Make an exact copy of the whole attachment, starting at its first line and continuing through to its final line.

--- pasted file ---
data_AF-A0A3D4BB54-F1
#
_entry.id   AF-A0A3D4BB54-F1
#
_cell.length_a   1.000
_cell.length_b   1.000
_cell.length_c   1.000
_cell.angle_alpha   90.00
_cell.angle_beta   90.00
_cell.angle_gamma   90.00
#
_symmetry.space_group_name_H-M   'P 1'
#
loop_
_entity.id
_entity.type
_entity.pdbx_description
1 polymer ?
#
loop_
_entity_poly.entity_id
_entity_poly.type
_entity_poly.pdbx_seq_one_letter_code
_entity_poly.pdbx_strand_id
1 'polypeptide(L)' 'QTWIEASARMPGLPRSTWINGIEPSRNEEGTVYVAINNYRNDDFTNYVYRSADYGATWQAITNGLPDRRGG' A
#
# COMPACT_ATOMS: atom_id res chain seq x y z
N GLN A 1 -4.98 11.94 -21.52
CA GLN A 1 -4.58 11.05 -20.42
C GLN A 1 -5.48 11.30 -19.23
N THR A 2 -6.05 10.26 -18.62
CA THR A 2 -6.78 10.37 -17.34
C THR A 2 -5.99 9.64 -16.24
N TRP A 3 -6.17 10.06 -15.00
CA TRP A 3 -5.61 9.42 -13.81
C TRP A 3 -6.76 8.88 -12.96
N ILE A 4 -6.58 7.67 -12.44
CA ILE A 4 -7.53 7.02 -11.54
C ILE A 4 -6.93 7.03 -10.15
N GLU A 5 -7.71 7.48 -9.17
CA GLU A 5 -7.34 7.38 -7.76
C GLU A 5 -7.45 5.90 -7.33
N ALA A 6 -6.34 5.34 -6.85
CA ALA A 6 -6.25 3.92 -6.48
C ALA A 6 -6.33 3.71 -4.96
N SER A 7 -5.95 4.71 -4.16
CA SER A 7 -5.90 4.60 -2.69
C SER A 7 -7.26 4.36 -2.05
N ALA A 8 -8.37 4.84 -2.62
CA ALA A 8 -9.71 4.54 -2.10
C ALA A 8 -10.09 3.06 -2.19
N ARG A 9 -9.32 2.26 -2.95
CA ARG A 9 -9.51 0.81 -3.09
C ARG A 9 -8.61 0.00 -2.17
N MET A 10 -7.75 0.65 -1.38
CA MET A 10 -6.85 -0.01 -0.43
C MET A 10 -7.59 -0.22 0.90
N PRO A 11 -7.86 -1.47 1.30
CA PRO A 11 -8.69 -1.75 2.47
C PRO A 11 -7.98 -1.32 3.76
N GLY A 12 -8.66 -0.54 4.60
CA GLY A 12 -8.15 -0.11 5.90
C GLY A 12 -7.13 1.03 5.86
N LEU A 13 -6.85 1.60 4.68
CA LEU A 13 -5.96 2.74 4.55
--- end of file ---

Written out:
data_AF-A0A3D4BB54-F1
#
_entry.id   AF-A0A3D4BB54-F1
#
_cell.length_a   1.000
_cell.length_b   1.000
_cell.length_c   1.000
_cell.angle_alpha   90.00
_cell.angle_beta   90.00
_cell.angle_gamma   90.00
#
_symmetry.space_group_name_H-M   'P 1'
#
loop_
_entity.id
_entity.type
_entity.pdbx_description
1 polymer ?
#
loop_
_entity_poly.entity_id
_entity_poly.type
_entity_poly.pdbx_seq_one_letter_code
_entity_poly.pdbx_strand_id
1 'polypeptide(L)' 'QTWIEASARMPGLPRSTWINGIEPSRNEEGTVYVAINNYRNDDFTNYVYRSADYGATWQAITNGLPDRRGG' A
#
# COMPACT_ATOMS: atom_id res chain seq x y z
N GLN A 1 -4.98 11.94 -21.52
CA GLN A 1 -4.58 11.05 -20.42
C GLN A 1 -5.48 11.30 -19.23
N THR A 2 -6.05 10.26 -18.62
CA THR A 2 -6.78 10.37 -17.34
C THR A 2 -5.99 9.64 -16.24
N TRP A 3 -6.17 10.06 -15.00
CA TRP A 3 -5.61 9.42 -13.81
C TRP A 3 -6.76 8.88 -12.96
N ILE A 4 -6.58 7.67 -12.44
CA ILE A 4 -7.53 7.02 -11.54
C ILE A 4 -6.93 7.03 -10.15
N GLU A 5 -7.71 7.48 -9.17
CA GLU A 5 -7.34 7.38 -7.76
C GLU A 5 -7.45 5.90 -7.33
N ALA A 6 -6.34 5.34 -6.85
CA ALA A 6 -6.25 3.92 -6.48
C ALA A 6 -6.33 3.71 -4.96
N SER A 7 -5.95 4.71 -4.16
CA SER A 7 -5.90 4.60 -2.69
C SER A 7 -7.26 4.36 -2.05
N ALA A 8 -8.37 4.84 -2.62
CA ALA A 8 -9.71 4.54 -2.10
C ALA A 8 -10.09 3.06 -2.19
N ARG A 9 -9.32 2.26 -2.95
CA ARG A 9 -9.51 0.81 -3.09
C ARG A 9 -8.61 0.00 -2.17
N MET A 10 -7.75 0.65 -1.38
CA MET A 10 -6.85 -0.01 -0.43
C MET A 10 -7.59 -0.22 0.90
N PRO A 11 -7.86 -1.47 1.30
CA PRO A 11 -8.69 -1.75 2.47
C PRO A 11 -7.98 -1.32 3.76
N GLY A 12 -8.66 -0.54 4.60
CA GLY A 12 -8.15 -0.11 5.90
C GLY A 12 -7.13 1.03 5.86
N LEU A 13 -6.85 1.60 4.68
CA LEU A 13 -5.96 2.74 4.55